The first political poll of this year has actually seen Labour slip down 1%


    Labour’s new leader, coupled with their support of new surveillance laws, SME tax defaulters amnesty, and zero tolerance failed to muster voter support.

  13. The Chairman 13

    Rodney Hide says the David Cunliffe experiment of Labour tacking left is over, claiming it’s good news for Labour as he believes they have to win the middle to win Government.

    Well here is something to ponder:

    Labour’s housing policy to fill market voids and build new homes comes from the left and was widely liked by voters across the political spectrum.

    Therefore, why is it often assumed (largely by right-wing pundits and a number of right within the left) Labour has to tack right to win the centre vote?

    • One Anonymous Bloke 13.1

      What makes you think they believe it?

      • The Chairman 13.1.1

        That’s assuming I believe they believe it, which of course is irrelevant and doesn’t answer the question asked.

        Whether they believe it or not it’s what they often tout and advocate.

        We are now seeing similar happening to the Greens with the departure of Norman.

        • One Anonymous Bloke

          Well, you asked “why is it often assumed…?”

          If you think they don’t believe it the answer to the question is pretty obvious: they’re acting in bad faith, with who knows what motive – and I can think of a few.

          • The Chairman

            If acting in bad faith is the answer, why is Labour taking the advice on board ?

            • One Anonymous Bloke

              Who says Labour’s taking the advice on board? On any given day, you’ll find everyone from John Key to John Armstrong to Matthew Hooton to Gosman to Fisiani to Redbaiter offering “advice” to the Left, not to mention a steaming pile of beige banalities from wannabes.

              If you think Labour has moved to the Right make your case. If you think they’ve done so on the advice of tr*lls, salaried or otherwise, I think you may be wrong 😉

              • adam

                One Anonymous Bloke, I believe labour don’t have to track to the right. They are right. If we measure a party on the most important issue – political economy – Labour is a right wing party. No tracking needed, just a bunch of fluff, some pretty pictures, and bang – the left can get fooled again – or is that stabbed in the back again, by these traitorous lovers of liberalism.

                • One Anonymous Bloke

                  There are lots of different ways to look at that: on the one hand Lab6 will be farther to the left than Lab4, so clearly they’ve tracked left in the meantime. How “Liberal” is Kiwibank or WFF?

                  On the other hand some cynics say that the Sheeple are like a metronome with a decadal pulse, which implies that all you need to get reelected is to wait your turn irrespective of policy.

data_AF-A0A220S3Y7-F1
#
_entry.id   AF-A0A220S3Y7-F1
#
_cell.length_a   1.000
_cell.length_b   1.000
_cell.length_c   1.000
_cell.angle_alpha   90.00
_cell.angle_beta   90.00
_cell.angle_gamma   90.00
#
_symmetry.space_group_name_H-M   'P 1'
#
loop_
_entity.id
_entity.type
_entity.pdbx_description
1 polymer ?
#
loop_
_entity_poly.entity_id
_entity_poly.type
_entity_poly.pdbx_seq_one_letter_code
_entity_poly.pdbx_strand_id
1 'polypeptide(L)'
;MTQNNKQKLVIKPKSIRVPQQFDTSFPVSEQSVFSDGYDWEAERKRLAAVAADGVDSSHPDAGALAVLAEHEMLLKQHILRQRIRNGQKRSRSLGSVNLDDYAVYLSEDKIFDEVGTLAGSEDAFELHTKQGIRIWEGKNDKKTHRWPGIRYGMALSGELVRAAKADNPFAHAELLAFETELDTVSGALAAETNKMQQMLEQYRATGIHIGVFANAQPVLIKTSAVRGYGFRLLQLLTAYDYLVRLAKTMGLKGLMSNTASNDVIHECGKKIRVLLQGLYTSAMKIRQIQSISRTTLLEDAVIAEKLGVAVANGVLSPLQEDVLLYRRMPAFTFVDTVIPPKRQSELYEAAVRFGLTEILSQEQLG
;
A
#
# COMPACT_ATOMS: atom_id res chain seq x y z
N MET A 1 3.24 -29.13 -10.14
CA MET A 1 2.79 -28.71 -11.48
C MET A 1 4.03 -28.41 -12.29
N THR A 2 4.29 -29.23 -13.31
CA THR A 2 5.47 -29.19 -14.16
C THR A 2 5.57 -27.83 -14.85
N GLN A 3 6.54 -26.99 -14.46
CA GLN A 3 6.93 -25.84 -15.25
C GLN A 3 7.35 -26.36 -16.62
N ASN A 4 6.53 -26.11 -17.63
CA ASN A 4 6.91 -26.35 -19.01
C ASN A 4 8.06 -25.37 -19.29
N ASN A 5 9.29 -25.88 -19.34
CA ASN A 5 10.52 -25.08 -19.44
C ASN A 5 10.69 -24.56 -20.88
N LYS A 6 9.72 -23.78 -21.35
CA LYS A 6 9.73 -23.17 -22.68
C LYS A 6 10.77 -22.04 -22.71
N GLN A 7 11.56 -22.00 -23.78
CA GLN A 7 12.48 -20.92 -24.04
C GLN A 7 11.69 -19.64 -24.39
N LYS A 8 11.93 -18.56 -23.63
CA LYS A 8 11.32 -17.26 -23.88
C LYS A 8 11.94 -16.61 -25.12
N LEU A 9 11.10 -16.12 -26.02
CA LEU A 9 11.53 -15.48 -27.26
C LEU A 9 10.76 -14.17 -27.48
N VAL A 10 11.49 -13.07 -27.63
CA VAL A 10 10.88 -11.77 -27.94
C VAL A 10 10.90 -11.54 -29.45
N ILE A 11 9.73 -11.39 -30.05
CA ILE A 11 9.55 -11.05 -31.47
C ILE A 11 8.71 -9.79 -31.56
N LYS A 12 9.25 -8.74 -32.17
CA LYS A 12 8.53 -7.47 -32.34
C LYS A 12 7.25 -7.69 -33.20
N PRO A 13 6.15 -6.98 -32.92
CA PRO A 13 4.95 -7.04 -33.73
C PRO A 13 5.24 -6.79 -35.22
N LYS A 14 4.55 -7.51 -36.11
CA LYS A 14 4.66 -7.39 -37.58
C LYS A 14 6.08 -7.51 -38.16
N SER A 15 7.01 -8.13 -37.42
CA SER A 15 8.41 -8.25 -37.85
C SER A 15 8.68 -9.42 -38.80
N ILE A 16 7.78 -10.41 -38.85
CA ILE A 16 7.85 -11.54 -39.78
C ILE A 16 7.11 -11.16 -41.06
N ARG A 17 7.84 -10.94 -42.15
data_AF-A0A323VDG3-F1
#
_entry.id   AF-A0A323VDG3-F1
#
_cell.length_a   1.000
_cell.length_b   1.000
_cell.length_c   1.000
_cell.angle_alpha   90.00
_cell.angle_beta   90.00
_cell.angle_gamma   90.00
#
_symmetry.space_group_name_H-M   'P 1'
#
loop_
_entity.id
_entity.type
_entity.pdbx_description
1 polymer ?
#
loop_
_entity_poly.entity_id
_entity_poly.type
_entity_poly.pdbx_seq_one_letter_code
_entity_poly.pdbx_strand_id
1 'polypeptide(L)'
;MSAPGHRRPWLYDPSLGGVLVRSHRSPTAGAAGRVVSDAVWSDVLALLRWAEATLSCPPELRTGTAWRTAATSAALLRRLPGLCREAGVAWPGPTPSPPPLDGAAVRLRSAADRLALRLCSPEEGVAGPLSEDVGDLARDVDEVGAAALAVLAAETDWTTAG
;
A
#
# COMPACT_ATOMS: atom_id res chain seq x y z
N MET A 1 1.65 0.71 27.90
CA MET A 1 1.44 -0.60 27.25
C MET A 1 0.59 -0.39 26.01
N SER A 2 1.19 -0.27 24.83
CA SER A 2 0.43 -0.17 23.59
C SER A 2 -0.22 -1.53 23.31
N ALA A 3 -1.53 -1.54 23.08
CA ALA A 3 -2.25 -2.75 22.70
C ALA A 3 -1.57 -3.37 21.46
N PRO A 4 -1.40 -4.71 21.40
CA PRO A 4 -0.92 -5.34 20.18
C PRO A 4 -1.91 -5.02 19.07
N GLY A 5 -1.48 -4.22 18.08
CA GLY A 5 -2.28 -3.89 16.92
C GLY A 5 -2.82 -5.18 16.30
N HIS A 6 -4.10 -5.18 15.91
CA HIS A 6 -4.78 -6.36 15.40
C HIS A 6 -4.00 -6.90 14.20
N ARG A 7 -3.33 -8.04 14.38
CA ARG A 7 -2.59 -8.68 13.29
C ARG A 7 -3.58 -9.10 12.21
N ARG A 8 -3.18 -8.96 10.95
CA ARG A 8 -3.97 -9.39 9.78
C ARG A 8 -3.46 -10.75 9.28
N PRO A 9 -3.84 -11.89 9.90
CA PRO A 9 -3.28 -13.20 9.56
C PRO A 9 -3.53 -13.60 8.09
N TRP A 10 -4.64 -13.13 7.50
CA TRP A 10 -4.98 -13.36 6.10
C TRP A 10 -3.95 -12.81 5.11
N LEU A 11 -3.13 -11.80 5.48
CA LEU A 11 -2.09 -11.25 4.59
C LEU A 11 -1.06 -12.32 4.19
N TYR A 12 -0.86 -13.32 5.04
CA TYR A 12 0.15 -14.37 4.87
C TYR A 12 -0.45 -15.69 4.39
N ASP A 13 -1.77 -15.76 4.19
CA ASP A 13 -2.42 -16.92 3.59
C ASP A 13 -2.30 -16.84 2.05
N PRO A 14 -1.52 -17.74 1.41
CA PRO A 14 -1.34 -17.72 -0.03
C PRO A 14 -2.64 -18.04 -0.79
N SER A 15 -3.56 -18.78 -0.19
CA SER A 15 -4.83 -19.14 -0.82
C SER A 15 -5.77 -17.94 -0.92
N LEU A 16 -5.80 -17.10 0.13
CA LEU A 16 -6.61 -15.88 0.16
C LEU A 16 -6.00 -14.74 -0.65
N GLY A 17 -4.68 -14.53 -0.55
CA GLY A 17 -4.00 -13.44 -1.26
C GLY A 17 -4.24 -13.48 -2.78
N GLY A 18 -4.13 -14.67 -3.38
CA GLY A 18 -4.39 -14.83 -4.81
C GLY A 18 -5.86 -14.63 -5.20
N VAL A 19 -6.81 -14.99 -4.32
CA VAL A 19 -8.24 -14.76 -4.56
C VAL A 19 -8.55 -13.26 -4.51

Still others that the media controls the narrative, or that possible narratives are controlled by other external factors, or that Labour represents a marriage between pragmatism and principle.

                  Reality is somewhere in all of that. Labour are to the right of me, I know that much.

                  • adam

                    But Franco could have been considered left of Mussolini. Still didn’t make Franco a left winger.

                    What worries me, and always worries me – is that we will be feed fluff again, lies again and told this or that is left wing – when in reality it is not. Kiwibank is still a part of liberalism and fits a liberal approach to economics. Working for families – again, still part of a liberal economic approach – no matter how much the right in this country may want to call it communism. Both help working people, and don’t get me wrong, this is a good thing – but both are a good fit with liberal economics – which essentially is a nightmare for working people.

                    I’m not convinced labour can do anything fundamentally good for working people. They have sucked from the sewer of liberalism for so long – they just can’t change people lives for the better.

              • The Chairman

                Labour’s appeal to SMEs of late clearly implies a further re-positioning to the right.

                I’d point to new policy, but it’s yet to be announced.

                But Adam is correct. Labour are most closely aligned with National.

                Kiwibank was a product of Alliance and WFF is an employer subsidy, aiding business while keeping wage demand down.

                • One Anonymous Bloke

                  Replying to both Adam & TC:

                  There’s little I’d disagree with in either of these comments. I think good solutions to the problem are to be found in the question “what are the possible* narratives” – and what are the forces that shape them?

                  Much beyond that is infertile territory for public discussion – as eloquently articulated by Pascal’s Bookie recently.

                  *electable, for example.

  14. The Chairman 14

    Jacinda Ardern says Mr Little’s speech was a “vision for where Labour wants to go and he couldn’t be expected to come out with the nitty-gritty of policy -TV3.

    Meanwhile, while the aspiration desired was widely accepted, aspirations mean little if they can’t be seen to be achieved. Therefore, many were left asking how will these aspirations be fulfilled? Thus, wanted to hear the nitty-gritty.

    With a number from Labour recently laying the election loss on voters not understanding their policy, one would think policy would be clear and at the forefront this time around.

    • Colonial Rawshark 14.1